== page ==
When guitarist John Mooney first performed in Washington a few years back, he sang a brighter shade of the blues. He relied heavily on traditional sources for his lyrics, but with an assist from a bassist and a pianist, he often charged his songs with the exuberance of jug-band music. Back then, the good times rolled.
Now Mooney is performing alone; and though he still aims to please, he is concentrating more on being a musician than an entertainer. At the Door last night, he demonstrated his exceptional speed and sensitivity on slide guitar by using several different steel-bodied instruments, each producing a distinct and resonant tone. Sometimes the effect was lighthearted, as on "Fishin' Blues" and "Shortnin' Bread," tunes that immediately set toes a-tappin'. But more often it was the emotional sound of raw Delta blues, songs like Son House's "Levee Camp Moan" that commanded one's attention. Sung in a convincing full-blooded baritone, those songs were remarkably free of affectation or pretense.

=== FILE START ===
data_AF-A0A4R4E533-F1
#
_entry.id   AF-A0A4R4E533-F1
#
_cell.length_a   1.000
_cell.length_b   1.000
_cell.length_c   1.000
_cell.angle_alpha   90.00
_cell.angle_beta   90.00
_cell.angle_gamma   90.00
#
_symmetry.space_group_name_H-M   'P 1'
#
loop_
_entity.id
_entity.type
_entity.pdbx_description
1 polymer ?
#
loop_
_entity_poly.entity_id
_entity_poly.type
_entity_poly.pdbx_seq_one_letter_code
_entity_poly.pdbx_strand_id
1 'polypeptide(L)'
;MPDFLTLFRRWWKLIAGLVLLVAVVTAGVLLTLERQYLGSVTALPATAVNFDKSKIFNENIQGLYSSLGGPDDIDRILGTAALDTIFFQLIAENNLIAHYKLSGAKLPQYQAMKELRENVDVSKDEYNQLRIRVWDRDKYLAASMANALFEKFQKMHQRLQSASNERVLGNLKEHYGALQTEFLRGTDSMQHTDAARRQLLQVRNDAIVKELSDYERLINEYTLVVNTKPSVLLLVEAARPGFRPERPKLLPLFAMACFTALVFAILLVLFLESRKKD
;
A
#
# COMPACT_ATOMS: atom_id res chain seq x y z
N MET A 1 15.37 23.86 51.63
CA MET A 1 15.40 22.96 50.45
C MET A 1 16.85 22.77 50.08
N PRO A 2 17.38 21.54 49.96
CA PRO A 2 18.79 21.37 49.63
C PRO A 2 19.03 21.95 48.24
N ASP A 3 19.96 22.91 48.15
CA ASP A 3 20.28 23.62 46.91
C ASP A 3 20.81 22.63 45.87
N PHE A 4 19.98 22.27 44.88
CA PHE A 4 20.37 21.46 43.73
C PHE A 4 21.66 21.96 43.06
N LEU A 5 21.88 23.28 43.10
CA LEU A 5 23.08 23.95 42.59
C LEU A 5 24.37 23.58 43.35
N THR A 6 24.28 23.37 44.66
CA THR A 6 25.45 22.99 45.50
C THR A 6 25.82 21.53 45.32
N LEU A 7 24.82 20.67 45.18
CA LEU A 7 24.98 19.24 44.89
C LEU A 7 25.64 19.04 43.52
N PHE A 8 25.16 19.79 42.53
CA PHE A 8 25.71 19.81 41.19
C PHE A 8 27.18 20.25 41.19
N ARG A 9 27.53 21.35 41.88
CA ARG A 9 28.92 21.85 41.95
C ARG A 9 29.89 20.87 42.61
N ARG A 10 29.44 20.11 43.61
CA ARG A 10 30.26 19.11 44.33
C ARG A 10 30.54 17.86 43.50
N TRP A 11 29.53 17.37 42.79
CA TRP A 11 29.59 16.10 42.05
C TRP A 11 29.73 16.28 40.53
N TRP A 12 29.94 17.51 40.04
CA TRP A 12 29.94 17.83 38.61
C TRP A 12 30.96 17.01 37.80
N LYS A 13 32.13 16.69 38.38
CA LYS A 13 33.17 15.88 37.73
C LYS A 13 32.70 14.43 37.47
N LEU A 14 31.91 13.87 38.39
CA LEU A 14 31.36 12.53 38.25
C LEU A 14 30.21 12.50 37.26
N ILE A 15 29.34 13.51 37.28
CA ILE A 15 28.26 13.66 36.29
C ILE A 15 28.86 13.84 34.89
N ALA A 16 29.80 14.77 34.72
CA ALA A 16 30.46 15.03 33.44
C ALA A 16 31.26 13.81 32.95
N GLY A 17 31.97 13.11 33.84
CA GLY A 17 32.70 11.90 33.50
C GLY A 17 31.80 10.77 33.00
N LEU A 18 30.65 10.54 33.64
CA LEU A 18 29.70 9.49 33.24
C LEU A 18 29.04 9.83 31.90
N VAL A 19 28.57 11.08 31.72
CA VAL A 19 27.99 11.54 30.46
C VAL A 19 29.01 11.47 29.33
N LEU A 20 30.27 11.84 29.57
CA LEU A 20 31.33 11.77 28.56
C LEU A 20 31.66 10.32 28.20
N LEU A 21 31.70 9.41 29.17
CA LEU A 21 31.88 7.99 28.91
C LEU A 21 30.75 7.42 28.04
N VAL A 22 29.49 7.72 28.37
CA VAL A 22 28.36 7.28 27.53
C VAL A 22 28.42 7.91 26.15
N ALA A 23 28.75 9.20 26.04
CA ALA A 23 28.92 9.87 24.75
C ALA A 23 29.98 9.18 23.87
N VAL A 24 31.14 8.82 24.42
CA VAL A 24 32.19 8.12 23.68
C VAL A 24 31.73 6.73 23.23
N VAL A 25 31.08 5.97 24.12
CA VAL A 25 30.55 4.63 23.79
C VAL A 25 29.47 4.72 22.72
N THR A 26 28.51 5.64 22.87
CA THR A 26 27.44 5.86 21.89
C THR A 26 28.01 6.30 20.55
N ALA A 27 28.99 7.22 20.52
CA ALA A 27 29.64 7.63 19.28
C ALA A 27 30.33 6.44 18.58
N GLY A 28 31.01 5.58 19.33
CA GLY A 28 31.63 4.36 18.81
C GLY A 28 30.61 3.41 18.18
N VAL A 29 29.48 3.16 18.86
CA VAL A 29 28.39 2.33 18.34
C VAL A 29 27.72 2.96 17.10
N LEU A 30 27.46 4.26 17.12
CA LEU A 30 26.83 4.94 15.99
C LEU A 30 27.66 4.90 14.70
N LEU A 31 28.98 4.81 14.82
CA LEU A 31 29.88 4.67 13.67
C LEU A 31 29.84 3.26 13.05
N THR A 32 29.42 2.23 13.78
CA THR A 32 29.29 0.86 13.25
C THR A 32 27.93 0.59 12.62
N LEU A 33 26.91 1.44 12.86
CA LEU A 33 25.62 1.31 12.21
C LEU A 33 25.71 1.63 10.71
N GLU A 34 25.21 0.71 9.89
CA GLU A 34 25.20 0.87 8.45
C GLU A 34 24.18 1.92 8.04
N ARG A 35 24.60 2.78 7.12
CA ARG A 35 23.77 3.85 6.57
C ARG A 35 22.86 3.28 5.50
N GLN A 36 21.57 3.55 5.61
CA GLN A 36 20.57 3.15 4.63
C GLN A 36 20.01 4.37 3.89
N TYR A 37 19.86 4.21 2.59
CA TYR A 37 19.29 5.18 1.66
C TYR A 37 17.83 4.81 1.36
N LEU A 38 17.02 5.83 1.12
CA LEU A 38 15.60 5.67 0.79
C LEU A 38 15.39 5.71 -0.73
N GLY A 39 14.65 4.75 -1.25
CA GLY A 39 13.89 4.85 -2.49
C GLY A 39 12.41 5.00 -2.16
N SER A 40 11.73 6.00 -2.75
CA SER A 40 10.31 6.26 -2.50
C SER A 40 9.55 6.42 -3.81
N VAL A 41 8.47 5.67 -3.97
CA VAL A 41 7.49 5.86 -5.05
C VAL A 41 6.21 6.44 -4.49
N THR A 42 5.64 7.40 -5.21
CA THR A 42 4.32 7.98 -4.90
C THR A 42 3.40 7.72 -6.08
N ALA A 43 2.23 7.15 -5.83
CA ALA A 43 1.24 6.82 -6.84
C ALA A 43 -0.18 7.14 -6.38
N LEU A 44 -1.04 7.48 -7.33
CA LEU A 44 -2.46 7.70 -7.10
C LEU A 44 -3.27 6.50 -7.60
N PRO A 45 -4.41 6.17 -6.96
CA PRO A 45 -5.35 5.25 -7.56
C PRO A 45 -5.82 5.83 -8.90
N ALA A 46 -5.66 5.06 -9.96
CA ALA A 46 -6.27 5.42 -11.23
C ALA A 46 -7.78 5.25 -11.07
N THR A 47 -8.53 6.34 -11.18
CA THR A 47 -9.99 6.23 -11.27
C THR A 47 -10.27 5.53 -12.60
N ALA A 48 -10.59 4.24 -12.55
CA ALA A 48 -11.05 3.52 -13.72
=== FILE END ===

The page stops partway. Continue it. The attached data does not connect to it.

The irrepressible Reverend Billy Wirtz was an ideal opening act. The pianist mixed risque' boogie-woogie numbers with robust rockers. He even managed to bring "heavy metal to Vegas" with his silly but wonderful cocktail piano renditions of "Jumpin' Jack Flash" and "Cocaine."